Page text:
We will then develop personalised short-term and long-term plans that provide clear goals and strategies to reach them. These are in keeping with your lifestyle, capabilities, and requirements.
Your plan will contain the best evidence-based strategies to assist you to achieve your goals. Each person’s plan is unique and individualised based on your diagnosis and circumstances. Interventions can include:
- Repetitive functional task retraining
- Provision of equipment to increase independence in tasks (E.g providing a chair in the shower to complete showering in sitting rather than standing, providing long handled dressing aids or adaptive cutlery).
- A potential home visit with your occupational therapist to ensure your home environment suits your needs following injury or condition
- Minor and major home modifications to allow for easier access to different areas of the house and to increase independence in tasks (E.g installation of a ramp to access the front of the house, removal of a bath to crease a walk in shower, installation of grabrails or stair lift)
- Recommending modifications and adaptation to cars
- Training and education of family members and friends to assist with care specific to your requirements
- Community access retraining with focus on road safety, topographical orientation, public transport use, grocery shopping and car travel.
- Activities to improve hand-eye coordination through a variety of suitable activities and exercises.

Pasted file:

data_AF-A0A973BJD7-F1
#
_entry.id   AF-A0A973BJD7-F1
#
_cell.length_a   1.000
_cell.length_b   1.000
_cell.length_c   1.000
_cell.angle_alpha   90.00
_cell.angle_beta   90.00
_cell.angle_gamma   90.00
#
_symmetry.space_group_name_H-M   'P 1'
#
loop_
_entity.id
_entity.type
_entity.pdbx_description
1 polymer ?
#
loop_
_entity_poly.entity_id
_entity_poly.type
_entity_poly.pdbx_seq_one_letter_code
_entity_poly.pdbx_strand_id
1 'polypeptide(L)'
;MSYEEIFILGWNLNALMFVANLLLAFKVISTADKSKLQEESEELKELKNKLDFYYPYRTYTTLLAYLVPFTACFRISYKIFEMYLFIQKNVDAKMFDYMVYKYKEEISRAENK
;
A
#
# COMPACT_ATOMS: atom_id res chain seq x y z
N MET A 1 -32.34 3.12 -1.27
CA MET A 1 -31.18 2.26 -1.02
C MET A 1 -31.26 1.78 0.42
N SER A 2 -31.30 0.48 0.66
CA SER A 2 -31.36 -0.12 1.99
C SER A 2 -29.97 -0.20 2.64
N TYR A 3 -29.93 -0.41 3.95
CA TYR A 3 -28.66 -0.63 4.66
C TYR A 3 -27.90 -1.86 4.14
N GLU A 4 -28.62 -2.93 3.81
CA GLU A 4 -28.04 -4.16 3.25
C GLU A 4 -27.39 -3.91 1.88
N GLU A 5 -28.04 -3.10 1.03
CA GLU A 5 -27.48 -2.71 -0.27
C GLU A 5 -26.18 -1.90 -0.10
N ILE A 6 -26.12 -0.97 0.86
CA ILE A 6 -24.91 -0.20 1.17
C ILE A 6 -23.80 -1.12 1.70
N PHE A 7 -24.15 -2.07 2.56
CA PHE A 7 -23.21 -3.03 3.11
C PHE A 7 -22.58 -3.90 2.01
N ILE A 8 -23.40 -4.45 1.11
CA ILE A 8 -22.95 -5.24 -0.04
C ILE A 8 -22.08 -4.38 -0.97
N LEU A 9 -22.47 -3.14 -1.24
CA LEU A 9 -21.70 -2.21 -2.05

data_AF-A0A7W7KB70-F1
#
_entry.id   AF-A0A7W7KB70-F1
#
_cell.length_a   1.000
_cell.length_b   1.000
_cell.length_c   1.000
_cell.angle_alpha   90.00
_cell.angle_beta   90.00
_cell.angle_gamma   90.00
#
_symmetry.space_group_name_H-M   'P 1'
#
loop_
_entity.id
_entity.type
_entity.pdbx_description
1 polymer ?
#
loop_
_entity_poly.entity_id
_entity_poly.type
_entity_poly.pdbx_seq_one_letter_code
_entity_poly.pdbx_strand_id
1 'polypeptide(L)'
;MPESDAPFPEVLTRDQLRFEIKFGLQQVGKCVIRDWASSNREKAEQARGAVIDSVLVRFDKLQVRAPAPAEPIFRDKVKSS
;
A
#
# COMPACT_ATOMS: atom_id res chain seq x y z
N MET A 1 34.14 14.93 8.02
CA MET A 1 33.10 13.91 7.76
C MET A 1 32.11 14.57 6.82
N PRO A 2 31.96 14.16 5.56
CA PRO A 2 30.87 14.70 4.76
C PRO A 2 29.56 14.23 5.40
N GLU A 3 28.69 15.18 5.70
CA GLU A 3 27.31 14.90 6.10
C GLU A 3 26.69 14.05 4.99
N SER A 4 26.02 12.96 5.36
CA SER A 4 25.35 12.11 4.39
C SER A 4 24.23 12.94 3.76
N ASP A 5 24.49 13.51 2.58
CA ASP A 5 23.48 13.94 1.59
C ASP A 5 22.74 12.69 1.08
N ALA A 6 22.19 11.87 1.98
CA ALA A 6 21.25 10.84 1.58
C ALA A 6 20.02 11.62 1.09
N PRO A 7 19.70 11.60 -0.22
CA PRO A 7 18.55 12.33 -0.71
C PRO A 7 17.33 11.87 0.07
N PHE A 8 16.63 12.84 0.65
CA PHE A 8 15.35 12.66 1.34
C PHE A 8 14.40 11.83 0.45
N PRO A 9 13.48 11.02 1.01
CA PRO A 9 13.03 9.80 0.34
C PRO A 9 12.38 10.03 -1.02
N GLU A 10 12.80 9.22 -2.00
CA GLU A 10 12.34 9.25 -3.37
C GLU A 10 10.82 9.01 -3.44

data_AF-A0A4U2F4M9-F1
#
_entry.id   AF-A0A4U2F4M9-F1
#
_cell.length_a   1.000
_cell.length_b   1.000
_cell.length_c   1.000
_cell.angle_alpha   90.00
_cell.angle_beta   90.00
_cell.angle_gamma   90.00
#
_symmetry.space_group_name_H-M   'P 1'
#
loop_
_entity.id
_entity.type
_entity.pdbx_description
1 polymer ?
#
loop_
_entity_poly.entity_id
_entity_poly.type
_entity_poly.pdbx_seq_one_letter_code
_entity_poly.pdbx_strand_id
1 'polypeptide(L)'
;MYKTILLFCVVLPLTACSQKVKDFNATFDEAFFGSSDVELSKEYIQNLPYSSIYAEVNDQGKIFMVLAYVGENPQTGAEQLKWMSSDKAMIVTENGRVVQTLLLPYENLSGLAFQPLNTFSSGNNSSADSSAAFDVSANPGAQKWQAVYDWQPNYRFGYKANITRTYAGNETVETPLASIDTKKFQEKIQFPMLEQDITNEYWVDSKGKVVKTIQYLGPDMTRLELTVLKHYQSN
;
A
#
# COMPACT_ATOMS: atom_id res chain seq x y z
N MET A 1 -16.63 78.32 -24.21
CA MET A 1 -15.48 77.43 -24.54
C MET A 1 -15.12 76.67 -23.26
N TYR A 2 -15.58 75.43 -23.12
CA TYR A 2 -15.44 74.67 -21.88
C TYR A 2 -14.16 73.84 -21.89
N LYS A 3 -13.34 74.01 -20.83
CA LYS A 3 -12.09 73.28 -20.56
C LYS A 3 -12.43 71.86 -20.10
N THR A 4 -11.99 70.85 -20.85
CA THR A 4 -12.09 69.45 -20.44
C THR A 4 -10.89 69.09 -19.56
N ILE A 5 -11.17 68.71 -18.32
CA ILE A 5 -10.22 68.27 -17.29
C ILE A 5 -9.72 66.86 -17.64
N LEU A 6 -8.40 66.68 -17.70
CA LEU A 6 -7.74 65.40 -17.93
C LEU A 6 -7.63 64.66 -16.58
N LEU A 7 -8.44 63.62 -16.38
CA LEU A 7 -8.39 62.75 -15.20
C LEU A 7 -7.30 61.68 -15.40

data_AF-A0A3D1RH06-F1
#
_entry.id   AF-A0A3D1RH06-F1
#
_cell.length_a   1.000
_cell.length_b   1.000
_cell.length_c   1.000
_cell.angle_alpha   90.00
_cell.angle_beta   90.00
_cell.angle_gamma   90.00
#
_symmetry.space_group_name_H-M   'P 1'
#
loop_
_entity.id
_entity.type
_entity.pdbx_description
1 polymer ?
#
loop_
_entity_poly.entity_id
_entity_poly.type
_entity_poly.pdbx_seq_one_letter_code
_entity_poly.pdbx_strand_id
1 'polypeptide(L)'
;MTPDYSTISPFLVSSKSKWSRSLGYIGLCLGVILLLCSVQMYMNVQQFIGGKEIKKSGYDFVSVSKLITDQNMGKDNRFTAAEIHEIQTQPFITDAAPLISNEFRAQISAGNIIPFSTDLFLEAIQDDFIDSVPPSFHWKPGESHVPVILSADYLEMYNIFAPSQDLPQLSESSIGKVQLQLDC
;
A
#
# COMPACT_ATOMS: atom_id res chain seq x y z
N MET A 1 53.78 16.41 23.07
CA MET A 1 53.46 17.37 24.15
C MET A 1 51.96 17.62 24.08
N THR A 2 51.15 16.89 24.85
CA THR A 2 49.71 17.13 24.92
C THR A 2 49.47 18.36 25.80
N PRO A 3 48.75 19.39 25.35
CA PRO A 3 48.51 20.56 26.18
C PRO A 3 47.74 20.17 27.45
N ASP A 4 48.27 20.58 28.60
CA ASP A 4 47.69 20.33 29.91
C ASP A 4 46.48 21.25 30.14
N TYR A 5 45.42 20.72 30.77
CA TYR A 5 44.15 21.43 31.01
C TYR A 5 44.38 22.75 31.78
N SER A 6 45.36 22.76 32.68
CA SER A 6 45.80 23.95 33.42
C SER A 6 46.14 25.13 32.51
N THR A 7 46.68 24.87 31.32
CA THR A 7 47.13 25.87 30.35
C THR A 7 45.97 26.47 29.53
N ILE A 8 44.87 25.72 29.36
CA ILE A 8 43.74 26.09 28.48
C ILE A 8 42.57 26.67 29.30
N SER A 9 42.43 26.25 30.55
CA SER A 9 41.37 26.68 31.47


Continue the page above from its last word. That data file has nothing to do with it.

The process of recovery and rehabilitation is everchanging and evolving. Subsequently, we regularly check in with yourself, your family and carers and assess your progress. It is important to incorporate the inevitable changes to your lifestyle, environment, goals, and abilities.
What are the benefits of Occupational Therapy?
Occupational therapy can help significantly in recovery and rehabilitation. Benefits that you may gain, depending on your circumstances, can include:
- Increasing independence in self-care, domestic and community tasks with or without the use of new equipment or home modifications
- Increased understanding of your condition and how to remain safely at home
- Improved mobility, hand-eye coordination, and physical functionality.
- Increased strength, movement and sensation in an impaired limb
- Improved cognition including memory, attention and executive functioning
- Returning to your workplace or school.
- Increased ability to control your emotions.
- Access to adaptive and supportive resources, equipment, and tools.
- Reduced risk of injuries.
- Improved quality of life.
Integrate Occupational Therapy into your rehabilitation
Developing and undertaking a program with our occupational therapists is a personalised experience that focuses on your specific requirements to help you get back to the things you love to do. There are so many positive reasons to take part in this form of therapy.
Our occupational therapy program requires a referral from your specialist or general practitioner. This can be completed online or sent via fax on 02 9564 3064. You may undertake this form of therapy separately or in combination with our other multidisciplinary therapy choices.
Contact us to discuss your options and to organise your initial consultation.